(Corrected Sept. 5, 11:16 a.m.) Last month the U.S. Census released a report that found Connecticut offered the highest average annual benefit payment in 2011.

With an average annual payment of $35,079 to retirees, Connecticut was one of six states with average annual benefit payments above $30,000. In 2011, 469 pensioners received annual pensions of more than $100,000.

Just one year later in 2012, according to state Comptroller Kevin Lembo’s office, Connecticut’s top pensioner was John Viega, a former professor at the University of Connecticut, who received an annual pension of $276,364. Gregory Anderson, a UConn professor, came in 10th with an annual pension of $185,778.

The rest of the top 10 pensioners in 2012, were as follows:

—Jack Blechner of the UConn Health Center, received $270,234;
—Dr. Edward Blanchette, a doctor with the Department of Correction, received $226,658;
—Harry Hartley, a UConn professor and former president of the university, received $211,652;
—Richard Judd, former president of Central Connecticut State University, received $208,335;
—Eugene Sigman of the UConn Health Center, received $204,352;
—Anthony Dibenedetto, another UConn professor, received $203,594;
—John Raye of the UConn Health Center, received $200,597 and;
—Leslie Cutler of the UConn Health Center, received $198,318.

In 2011, pension benefits for state employees were changed under the agreement made by the coalition of unions with Gov. Dannel P. Malloy.

As part of those negotiations Malloy asked all state employees to contribute 3 percent of their salaries for 10 years to the “other post retirement benefits” account, which includes mostly retiree health care benefits. That portion of the pension fund is underfunded to the tune of $26 billion and accounts for a greater portion of the state’s unfunded liabilities.

According to the U.S. Census report released in August, Connecticut isn’t unlike the rest of the states when it comes to asking employees to contribute a greater amount.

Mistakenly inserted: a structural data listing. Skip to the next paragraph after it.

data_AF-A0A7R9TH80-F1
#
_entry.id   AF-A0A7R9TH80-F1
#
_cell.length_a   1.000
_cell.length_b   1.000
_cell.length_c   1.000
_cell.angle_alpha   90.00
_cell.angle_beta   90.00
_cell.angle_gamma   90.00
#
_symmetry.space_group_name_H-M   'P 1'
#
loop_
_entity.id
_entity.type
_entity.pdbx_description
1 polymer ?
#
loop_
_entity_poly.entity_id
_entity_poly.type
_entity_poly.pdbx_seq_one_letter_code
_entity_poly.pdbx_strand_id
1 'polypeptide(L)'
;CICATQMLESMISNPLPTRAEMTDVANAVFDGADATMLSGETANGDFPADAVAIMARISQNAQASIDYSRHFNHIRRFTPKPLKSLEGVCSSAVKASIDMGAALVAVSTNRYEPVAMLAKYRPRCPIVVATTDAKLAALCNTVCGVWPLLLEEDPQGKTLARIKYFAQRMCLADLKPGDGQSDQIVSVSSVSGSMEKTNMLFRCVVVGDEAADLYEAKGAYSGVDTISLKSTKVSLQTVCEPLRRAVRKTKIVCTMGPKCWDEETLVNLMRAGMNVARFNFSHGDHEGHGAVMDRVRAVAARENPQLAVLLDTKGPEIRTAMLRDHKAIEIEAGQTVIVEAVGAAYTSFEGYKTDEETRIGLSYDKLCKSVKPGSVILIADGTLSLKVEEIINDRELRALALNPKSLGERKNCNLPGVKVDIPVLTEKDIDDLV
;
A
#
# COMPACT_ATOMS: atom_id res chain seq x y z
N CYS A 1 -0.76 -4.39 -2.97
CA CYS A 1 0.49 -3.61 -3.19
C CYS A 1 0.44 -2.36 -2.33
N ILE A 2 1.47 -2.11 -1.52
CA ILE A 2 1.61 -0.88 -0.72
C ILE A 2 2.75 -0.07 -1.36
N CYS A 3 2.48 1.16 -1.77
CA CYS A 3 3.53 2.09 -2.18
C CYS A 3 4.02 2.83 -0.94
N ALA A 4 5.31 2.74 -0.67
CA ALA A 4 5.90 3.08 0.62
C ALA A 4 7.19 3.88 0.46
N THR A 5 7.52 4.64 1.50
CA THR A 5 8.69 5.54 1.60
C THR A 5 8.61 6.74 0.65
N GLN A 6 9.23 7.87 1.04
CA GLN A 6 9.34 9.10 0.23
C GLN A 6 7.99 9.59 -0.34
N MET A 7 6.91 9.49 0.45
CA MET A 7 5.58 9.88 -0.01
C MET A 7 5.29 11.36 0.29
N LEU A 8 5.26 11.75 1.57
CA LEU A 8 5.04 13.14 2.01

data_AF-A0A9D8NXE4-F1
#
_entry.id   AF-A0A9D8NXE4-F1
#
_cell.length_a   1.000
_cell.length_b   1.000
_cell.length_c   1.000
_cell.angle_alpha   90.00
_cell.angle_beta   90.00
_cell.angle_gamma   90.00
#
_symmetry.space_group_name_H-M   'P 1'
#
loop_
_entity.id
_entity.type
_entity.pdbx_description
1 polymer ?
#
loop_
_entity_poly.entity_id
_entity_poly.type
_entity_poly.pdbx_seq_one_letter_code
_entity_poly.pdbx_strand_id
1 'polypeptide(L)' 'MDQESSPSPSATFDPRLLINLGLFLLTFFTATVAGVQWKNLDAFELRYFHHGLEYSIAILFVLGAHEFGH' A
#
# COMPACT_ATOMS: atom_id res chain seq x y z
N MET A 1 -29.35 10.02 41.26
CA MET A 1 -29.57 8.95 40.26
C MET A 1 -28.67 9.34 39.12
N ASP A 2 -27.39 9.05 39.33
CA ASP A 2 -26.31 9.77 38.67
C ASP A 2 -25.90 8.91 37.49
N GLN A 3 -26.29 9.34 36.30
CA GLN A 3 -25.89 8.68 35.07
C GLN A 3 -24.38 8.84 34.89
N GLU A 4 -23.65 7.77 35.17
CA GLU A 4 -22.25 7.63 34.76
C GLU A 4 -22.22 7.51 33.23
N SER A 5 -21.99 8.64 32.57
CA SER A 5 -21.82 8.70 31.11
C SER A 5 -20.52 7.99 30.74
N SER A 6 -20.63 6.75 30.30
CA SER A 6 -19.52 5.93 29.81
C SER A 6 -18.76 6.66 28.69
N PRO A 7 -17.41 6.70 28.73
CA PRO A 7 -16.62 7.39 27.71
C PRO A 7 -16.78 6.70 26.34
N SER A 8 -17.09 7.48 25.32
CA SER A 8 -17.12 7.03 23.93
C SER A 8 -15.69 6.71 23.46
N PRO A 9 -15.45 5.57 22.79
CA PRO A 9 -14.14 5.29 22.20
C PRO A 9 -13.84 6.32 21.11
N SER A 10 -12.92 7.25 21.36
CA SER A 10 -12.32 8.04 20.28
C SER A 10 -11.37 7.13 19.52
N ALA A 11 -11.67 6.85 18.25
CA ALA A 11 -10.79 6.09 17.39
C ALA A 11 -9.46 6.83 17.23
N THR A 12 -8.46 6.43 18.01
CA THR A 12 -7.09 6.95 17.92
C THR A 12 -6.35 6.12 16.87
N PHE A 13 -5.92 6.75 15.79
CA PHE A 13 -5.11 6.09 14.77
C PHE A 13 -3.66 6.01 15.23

From 2010 to 2011, total contributions for state—and locally—administered pension systems increased 8.7 percent, from $125.5 billion to $136.5 billion. Employee contributions increased 3.1 percent, from $39.1 billion in 2010 to $40.3 billion in 2011 (and comprised 29.5 percent of total contributions in 2011), according to the U.S. Census report. Government contributions increased 11.3 percent, from $86.4 billion in 2010 to $96.2 billion in 2011 (and comprised 70.5 percent of total contributions in 2011).

On balance though, “government contributions outweighed employee contributions with a 2.4 to 1 ratio, total contributions were only 22.2 percent of the revenue source for state and local pensions in 2011. Most of the revenue (77.8 percent) was from earnings on investments.”

Connecticut has done well with its pension investments, seeing a return this past year of 11.49 percent. However, the state still has one of the highest unfunded pension liabilities in the nation.

The most recent actuarial valuation of the pension funds showed that as of June 30, 2012, the State Employees’ Retirement System was funded at 42.3 percent and the Teachers’ Retirement Fund was funded at 55.24 percent.

The next report is not due to be released until after the Nov. 2014 election.

Editor’s note: An original version of this story reported that Michael Panciera, a former Transportation Department employee, received an annual pension of $282,166 and that Eleanor Henken, a former UConn Health Center employee, receive a pension of $239,708. The state Comptroller’s office later discovered that their query of the top 10 pensioners was flawed because those two, one-time payments went to the estates of the deceased employees and should not have been considered annual pension payments.